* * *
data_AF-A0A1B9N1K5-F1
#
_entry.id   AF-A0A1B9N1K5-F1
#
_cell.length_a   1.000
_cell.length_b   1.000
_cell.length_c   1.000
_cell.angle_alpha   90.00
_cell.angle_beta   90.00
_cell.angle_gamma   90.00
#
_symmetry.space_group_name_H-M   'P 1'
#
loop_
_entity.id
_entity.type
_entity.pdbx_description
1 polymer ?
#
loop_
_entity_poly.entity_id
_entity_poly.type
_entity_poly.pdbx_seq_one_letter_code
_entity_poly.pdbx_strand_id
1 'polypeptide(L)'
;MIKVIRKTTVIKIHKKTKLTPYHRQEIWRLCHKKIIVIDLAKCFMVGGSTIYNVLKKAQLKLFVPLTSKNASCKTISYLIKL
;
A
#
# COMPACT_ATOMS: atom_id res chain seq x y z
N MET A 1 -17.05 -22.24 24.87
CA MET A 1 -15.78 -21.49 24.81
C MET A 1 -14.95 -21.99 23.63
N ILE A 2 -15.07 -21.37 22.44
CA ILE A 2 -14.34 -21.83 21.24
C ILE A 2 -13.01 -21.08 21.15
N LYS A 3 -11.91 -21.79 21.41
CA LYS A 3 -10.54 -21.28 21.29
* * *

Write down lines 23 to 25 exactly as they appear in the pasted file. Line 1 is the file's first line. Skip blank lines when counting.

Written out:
_entity_poly.pdbx_seq_one_letter_code
_entity_poly.pdbx_strand_id
1 'polypeptide(L)'